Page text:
Click here for the complete ’60s playlist on Spotify.

The 1970s
The 1970s were the beginning of a massive cultural shift, and with that taste in music drastically changed. Rock was changing yet again and what we now call classic rock was born. The ’70s also marked the birth of an entirely new era, the era of disco.

The ’70s also marked the birth of an entirely new era, the era of disco.

— Staff Writer Caylee Cicero

Included in the ‘70s playlist is one of the most well-known disco songs of all time: “Le Freak” by Chic. “Le Freak” was a clubby dance hit which perfectly captures disco music at its best. Back in the day, it was a number one song on both the Billboard Hot 100 and R&B charts.

Another great artist of the ‘70s on the playlist, Queen, exemplified the many different types of rock popular at the time. “Bohemian Rhapsody,” which many consider Queen’s greatest work, not only included a classic rock component which emphasized ‘70s music, but also a ballad, a guitar solo, and an operatic section. This iconic track couldn’t be left out of a ‘70s playlist.

Also topping the charts in the 70s was “Dreams” by Fleetwood Mac. “Dreams” is a serene soft rock song sure to ease the stresses of Homecoming week. “Fleetwood Mac always calms me down and puts me in a good mood,” junior Zach Garcia said.

Click here for the full ’70s playlist on Spotify.

The 1980s
And finally the ‘80s: big hair, big dreams, and even bigger hits. It’s the decade awarded to our seniors for a reason. Mini skirts, leggings, graphic tees, and ripped jeans are all trends resurging from the ‘80s, much like how ‘80s music is still very relevant today.

With his release of the best selling album of all time in 1982, pop wasn’t the only thing Michael Jackson was the king of.. He also clearly ruled over the ‘80s. Jackson took the music industry by storm when he was just a child, but the heyday of his music definitely took place the ‘80s. “Billie Jean,” his hit featured in the playlist, won a Grammy award for Best Rhythm & Blues Song in 1983. Jackson’s on point vocals and the commanding melody instantly attract any listener to “Billie Jean” and make it an exceptional Decades Day jam.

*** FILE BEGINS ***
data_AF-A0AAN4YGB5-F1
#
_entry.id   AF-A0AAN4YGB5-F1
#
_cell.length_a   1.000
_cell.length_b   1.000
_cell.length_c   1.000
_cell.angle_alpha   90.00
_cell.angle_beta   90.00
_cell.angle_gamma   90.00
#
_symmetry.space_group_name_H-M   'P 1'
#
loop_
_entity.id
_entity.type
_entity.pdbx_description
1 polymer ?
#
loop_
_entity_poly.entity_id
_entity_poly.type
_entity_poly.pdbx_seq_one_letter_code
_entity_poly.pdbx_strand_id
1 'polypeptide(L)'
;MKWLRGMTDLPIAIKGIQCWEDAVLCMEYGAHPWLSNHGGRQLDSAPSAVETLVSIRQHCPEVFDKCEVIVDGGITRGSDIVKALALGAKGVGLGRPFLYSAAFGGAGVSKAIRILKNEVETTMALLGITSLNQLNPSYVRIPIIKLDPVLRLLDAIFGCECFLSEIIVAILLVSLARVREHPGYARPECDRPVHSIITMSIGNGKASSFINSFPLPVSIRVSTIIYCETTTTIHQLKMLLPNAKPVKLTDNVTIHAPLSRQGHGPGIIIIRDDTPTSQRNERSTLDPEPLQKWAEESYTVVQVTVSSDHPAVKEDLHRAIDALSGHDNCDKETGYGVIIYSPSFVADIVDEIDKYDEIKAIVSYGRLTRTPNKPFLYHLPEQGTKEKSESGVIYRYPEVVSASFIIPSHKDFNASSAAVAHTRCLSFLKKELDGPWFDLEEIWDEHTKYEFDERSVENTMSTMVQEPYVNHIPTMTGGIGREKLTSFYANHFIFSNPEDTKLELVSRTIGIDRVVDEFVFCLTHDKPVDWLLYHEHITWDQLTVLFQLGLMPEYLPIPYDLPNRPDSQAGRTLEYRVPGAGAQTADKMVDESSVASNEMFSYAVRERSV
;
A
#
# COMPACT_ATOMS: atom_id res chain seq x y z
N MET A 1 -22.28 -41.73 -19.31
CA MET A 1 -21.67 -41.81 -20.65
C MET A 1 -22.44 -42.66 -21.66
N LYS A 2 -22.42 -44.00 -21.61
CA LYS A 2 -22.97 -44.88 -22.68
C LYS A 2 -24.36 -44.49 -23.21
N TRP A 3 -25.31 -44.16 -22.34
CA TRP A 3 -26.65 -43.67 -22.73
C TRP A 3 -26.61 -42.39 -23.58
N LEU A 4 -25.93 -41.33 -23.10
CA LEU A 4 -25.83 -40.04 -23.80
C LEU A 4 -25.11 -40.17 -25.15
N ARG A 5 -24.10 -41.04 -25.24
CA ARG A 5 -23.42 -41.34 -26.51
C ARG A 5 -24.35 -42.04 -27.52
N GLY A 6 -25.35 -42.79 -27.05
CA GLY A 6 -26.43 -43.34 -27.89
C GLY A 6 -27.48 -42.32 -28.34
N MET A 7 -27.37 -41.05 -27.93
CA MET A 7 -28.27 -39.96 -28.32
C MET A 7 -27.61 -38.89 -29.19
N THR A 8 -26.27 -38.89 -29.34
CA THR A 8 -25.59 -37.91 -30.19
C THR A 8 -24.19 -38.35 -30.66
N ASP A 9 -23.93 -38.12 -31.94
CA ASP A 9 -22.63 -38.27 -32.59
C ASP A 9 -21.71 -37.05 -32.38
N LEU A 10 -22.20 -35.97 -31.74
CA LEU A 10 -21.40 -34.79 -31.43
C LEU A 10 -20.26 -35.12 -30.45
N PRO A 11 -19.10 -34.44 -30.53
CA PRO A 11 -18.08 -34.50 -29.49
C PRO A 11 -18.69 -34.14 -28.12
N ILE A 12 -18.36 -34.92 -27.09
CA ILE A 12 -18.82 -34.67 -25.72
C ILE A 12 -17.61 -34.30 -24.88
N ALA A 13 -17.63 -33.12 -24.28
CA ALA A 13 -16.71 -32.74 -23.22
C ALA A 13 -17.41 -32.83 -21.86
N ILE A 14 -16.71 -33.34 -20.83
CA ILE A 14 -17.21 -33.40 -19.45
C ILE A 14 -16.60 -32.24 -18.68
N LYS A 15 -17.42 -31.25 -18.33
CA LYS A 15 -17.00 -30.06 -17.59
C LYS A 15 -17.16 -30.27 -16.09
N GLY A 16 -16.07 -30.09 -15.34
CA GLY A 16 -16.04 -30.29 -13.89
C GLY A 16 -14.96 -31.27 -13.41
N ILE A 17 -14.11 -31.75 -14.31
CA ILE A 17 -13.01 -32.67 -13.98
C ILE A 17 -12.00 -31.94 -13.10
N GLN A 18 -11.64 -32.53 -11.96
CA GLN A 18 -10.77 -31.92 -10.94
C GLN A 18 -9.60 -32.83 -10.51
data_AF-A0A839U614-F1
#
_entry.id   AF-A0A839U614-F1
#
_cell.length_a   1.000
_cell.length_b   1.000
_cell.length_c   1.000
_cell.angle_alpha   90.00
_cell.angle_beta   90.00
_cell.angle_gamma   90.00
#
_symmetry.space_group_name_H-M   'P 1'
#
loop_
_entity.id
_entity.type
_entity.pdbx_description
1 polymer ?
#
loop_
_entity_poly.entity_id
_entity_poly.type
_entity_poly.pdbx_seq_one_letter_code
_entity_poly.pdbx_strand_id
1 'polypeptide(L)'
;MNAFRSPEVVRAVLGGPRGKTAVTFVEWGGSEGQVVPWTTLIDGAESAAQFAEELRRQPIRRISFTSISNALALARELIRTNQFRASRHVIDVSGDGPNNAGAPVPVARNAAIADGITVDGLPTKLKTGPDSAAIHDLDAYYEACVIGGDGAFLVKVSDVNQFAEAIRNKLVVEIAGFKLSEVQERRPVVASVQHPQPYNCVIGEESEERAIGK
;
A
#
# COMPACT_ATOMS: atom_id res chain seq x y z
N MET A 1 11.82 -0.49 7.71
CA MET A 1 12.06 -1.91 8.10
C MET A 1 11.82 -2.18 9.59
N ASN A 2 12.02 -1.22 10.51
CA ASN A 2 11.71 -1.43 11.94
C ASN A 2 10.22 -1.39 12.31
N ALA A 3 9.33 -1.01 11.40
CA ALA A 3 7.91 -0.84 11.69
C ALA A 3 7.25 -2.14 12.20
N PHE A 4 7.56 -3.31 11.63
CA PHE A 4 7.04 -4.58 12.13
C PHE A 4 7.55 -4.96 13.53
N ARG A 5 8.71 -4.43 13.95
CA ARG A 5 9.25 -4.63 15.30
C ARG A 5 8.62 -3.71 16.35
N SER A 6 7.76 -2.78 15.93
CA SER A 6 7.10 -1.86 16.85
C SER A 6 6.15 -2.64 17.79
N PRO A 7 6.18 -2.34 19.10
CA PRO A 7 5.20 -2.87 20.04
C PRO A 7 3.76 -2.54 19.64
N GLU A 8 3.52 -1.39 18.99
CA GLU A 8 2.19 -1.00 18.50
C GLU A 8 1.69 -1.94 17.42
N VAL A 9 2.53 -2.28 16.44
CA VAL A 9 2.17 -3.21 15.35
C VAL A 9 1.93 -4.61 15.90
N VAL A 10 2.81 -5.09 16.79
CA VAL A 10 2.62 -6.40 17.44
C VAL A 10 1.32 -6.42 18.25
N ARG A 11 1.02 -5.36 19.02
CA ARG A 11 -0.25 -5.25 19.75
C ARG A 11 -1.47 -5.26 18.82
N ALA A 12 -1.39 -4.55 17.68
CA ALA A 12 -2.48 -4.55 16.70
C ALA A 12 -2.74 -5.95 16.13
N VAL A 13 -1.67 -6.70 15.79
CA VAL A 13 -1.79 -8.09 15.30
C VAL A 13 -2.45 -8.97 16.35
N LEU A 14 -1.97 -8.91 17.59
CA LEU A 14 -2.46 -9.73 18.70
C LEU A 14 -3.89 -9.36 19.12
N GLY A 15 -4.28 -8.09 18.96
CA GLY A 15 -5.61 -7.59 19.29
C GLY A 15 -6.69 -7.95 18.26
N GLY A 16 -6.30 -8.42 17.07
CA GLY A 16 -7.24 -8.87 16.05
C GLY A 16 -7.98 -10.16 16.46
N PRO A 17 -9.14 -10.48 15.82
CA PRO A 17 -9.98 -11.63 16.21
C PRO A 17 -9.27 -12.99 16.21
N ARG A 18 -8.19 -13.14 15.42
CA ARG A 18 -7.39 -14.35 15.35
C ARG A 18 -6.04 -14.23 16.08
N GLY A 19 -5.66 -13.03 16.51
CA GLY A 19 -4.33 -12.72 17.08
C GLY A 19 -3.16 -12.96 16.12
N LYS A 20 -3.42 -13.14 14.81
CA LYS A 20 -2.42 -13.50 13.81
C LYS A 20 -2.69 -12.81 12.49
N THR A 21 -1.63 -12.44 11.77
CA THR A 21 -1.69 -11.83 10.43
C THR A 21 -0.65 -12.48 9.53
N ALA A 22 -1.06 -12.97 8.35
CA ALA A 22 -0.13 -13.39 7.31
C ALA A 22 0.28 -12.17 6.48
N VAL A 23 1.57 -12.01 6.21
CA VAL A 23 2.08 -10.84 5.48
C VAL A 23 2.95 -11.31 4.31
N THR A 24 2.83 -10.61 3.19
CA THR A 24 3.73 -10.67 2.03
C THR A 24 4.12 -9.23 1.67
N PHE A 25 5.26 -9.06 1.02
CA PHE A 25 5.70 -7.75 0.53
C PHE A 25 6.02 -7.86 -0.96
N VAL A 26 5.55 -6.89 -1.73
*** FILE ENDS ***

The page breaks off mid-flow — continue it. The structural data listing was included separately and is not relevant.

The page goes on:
With classic rock still in it’s heyday, “Don’t Stop Believing,” an empowering 80s hit by Journey incorporated in the playlist, came to be considered one of the best songs in the genre. “It makes me feel like I can do anything, no matter the obstacles,” senior Amanda Banton said. “Don’t Stop Believing” is one of few songs that actually has a valuable meaning and yet it still provides a vibrant beat that makes it perfect to dance and sing along to.

Click here for the complete ’80s playlist on Spotify.

Homecoming festivities continue with the Homecoming parade Sept. 7 at  5 p.m. The parade runs from Braelinn Elementary to Starr’s Mill. It’s followed up by the Homecoming football game the next day at 7:30 p.m. Finally, the week comes to an end with the Homecoming dance on Sept. 9 at 7 p.m.